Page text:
Therapy? play the new Cyprus Avenue on March 23rd, 2019. Tickets are on sale now from cyprusavenue.ie and The Old Oak. The band’s new album ‘Cleave’, is available now on CD and vinyl from Golden Discs on Patrick Street, and across all digital services via Marshall Records.

Stephanie Rainey: “It’s a Very Strange Thing to Get Used To”

Stephanie Rainey’s last throw of the musical dice saw her lay her emotions and experiences bare, before unexpectedly going viral. Three years later, she’s readying herself for her third national headlining tour. Mike McGrath-Bryan chats with the Glanmire singer-songwriter ahead of her next Cyprus Avenue date on December 1st.

There’s a lot to be said for patience, and well Stephanie Rainey might know it, as she takes a phone call for a chat after “being stuck in N50 hell”. Trading in an emotive strain of pop songwriting that’s resonated massively with a younger audience over the past few years, the Corkonian singer’s recent successes have been the fruit of endless trial-and-error, struggling with the afflictions of making and sustaining music in what is still a very transitional time for the music industry at large.

The breakthrough came with the upload and viral trajectory of the video for single ‘Please Don’t Go’, dedicated to her late nephew and written in his honour. Over the following months, the video was widely-shared on social media across the world, and the single itself hit the Billboard charts in the US via streams and downloads. It’s by-now a well-documented time in Rainey’s life, and three years on, she’s had some time to look at the experience in the rear-view mirror. “It was a weird experience, having a video go viral, and what ensued was getting involved with labels and management, the whole lot. It’s been a great couple of years, I’ve been very lucky to work with some really cool people on the music that people are hearing on the radio right now. I got to write those songs with some really cool people, and made some really good connections. It’s been a mad couple of years. Musically, I’ve moved away from the slower tunes, and it’s been a great time of building the live shows, and it’s just getting bigger every time.”

Since the whole thing came to pass, a number of other singles have done well across radio, socials and streaming services, all of which have created a bottom line of support around the country. It’s a far cry from the months and weeks before striking gold online, when Rainey was considering packing it in. Just as importantly, though, working with a dedicated team to get a grasp of the intricacies of streaming services has allowed her to cast her eye on the future. “Getting that platform was insane, because it opened a lot of doors, but the grafting is sort of the same, in some respects. Things have changed in the sense that the internet changed everything. Even if you take ‘Please Don’t Go’ as an isolated thing, it was able to spread from Ireland to the US charts. That was all from me posting something in my bedroom back in Glanmire, d’ya know? And then, with Spotify and things like that, you can see where people are listening. Most of my listeners are in America, if you look at the demographics, and that’s a mad way of looking at things. I’ve been lucky to get a lot of radio support, so when you put all these things together, I’m in a good position.”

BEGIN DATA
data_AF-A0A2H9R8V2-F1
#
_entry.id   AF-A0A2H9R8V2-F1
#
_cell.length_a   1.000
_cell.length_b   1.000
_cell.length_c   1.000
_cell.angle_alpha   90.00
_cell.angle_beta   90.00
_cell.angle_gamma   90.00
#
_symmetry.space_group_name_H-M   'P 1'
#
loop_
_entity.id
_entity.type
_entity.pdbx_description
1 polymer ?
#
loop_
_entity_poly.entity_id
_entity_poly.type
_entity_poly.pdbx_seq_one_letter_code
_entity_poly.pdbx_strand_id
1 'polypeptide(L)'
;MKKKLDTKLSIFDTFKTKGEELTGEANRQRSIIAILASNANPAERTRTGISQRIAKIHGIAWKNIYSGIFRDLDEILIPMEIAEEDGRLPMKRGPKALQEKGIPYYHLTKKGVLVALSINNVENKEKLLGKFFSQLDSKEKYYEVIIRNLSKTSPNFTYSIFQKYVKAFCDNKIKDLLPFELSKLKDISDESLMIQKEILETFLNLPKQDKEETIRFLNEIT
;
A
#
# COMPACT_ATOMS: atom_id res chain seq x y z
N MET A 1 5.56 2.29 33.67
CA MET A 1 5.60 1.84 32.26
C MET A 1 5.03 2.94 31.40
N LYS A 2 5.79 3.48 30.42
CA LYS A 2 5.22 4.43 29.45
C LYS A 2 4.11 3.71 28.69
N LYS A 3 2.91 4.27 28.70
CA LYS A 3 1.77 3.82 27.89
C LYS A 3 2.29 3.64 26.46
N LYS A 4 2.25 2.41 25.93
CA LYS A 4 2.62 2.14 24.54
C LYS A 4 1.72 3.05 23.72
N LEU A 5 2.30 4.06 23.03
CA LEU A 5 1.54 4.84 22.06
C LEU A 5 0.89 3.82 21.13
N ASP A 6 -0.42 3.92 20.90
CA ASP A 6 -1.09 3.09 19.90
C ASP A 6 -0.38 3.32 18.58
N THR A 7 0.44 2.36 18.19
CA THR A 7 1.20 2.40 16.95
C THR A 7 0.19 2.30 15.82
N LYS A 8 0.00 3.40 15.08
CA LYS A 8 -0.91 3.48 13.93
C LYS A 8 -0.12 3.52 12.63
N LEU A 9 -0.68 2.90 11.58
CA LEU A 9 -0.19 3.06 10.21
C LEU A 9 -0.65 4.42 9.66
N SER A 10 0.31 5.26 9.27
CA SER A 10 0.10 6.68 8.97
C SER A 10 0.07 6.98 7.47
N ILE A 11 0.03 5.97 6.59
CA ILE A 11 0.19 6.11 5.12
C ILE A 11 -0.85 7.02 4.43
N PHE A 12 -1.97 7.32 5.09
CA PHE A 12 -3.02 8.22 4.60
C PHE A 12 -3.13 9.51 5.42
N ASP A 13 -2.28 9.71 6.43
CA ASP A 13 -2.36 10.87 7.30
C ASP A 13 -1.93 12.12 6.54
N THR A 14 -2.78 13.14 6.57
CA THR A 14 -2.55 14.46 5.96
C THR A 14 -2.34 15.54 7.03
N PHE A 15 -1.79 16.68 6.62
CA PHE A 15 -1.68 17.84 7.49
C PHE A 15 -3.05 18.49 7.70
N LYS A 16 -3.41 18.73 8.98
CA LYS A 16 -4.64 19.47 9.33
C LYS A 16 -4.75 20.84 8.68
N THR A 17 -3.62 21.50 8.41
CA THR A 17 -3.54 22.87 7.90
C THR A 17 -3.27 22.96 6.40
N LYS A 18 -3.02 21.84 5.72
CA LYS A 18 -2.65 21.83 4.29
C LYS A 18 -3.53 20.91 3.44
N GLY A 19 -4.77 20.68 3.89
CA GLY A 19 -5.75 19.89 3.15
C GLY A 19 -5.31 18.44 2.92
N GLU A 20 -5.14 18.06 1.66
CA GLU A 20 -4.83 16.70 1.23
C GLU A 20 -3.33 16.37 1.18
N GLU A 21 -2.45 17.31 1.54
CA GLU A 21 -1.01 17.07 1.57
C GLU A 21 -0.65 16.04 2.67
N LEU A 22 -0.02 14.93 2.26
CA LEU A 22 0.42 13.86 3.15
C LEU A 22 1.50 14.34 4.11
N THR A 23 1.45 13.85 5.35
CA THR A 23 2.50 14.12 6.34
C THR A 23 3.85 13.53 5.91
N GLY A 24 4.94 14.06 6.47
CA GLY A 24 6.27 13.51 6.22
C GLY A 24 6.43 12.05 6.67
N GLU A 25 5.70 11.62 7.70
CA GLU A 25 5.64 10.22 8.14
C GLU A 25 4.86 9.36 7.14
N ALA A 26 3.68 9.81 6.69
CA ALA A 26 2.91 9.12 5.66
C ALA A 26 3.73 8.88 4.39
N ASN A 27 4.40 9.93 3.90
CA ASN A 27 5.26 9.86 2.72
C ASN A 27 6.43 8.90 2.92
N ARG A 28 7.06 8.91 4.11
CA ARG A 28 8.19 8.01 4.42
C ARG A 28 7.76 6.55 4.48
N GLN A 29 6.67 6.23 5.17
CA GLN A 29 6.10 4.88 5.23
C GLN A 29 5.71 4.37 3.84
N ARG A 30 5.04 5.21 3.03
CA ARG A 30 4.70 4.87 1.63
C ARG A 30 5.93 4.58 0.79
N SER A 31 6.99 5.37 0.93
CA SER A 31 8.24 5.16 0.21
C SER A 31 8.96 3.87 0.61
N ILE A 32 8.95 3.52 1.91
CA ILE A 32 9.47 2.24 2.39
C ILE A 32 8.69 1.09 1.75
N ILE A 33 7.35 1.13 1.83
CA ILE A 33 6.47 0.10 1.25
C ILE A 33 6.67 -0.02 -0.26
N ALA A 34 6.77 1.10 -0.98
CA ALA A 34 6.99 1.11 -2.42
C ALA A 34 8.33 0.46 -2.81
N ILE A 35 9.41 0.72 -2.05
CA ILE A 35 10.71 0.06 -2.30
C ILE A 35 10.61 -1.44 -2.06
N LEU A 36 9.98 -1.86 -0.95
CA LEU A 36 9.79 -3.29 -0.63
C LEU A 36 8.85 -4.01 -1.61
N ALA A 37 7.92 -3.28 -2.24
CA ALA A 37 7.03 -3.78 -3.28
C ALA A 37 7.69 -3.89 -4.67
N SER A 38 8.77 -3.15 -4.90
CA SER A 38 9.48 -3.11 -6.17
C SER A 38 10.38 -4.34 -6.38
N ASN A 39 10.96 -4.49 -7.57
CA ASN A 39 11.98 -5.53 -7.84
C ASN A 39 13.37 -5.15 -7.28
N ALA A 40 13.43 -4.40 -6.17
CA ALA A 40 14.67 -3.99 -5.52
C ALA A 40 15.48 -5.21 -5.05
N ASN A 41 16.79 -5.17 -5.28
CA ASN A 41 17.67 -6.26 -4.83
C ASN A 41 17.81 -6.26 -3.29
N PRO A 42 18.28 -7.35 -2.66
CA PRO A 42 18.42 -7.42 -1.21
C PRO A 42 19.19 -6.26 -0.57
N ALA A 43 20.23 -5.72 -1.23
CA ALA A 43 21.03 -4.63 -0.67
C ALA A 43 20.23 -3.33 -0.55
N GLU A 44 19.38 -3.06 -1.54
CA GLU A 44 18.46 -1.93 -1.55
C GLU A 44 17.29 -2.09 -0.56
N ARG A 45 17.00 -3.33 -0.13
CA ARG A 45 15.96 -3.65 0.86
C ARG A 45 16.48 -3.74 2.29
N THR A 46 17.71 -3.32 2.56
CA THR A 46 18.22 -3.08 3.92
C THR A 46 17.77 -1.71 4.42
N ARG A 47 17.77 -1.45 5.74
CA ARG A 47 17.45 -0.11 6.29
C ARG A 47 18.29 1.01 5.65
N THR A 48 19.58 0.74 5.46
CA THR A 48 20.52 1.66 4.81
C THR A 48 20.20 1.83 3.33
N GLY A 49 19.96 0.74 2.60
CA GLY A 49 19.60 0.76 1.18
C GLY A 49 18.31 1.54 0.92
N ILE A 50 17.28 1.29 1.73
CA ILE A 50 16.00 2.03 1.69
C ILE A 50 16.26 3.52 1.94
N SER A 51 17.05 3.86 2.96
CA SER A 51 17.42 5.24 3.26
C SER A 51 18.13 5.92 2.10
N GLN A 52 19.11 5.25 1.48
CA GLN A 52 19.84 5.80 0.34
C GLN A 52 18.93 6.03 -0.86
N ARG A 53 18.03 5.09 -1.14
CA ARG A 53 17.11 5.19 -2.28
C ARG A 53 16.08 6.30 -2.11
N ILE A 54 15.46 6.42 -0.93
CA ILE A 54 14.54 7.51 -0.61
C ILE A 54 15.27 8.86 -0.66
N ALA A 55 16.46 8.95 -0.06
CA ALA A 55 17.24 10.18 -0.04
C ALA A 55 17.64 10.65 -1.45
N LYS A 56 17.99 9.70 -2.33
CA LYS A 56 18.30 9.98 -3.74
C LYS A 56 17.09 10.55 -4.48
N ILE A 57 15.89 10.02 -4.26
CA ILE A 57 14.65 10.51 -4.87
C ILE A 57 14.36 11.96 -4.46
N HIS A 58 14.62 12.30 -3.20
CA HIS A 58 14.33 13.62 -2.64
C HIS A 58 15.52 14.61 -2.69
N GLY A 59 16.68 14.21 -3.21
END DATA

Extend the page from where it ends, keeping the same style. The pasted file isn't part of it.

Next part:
Though international success might not be far off, you can never take your eye off the ball at home, and Rainey has been pounding the pavement with headline tours, support slots and spot shows around the country. Her current run of dates around the country is her third as a headlining act, and over the course of it, she’s seen the changes in how she’s been received. “It’s very strange, how things start to build. We did our first tour as a support act, then doing our own this Spring as a headline act in smaller venues, and we’re at the point now where we’re doing bigger venues and more of them. I suppose the thing that changes is, people want to meet you after the show, and I think things have progressed in that sense. People know who I am a bit more, and they know the songs. That’s the crazy thing. They’re at the gigs and singing the songs back. That’s one of the best feelings ever.”

Further to her headlining engagements, accompanying fellow pop superstars Kodaline on their major summer dates last year made for a new experience in some ways, as playing in front of thousands of people in major venues will do. That being said, the support slot, including a slot at the Marquee, also reinforced the nuts and bolts of Rainey’s craft in other ways. “It’s mad. It’s only when you start doing it that you realise the bigger stages are just that, they’re just bigger spaces. They’re kind-of the same as any other venue, just on a massive scale. I’m lucky enough to have a chance to have done a couple of things like that, so I’m less freaked out by it now, in the sense that I’m able to just go and do and it, and treat it like any other gig. Obviously, the Marquee was special, as we were the first Cork act to open the first night of the Marquee, this year, and people made a really big deal out of that, and made a real moment of it. It’s a very strange thing to get used to, d’ya know what I mean?”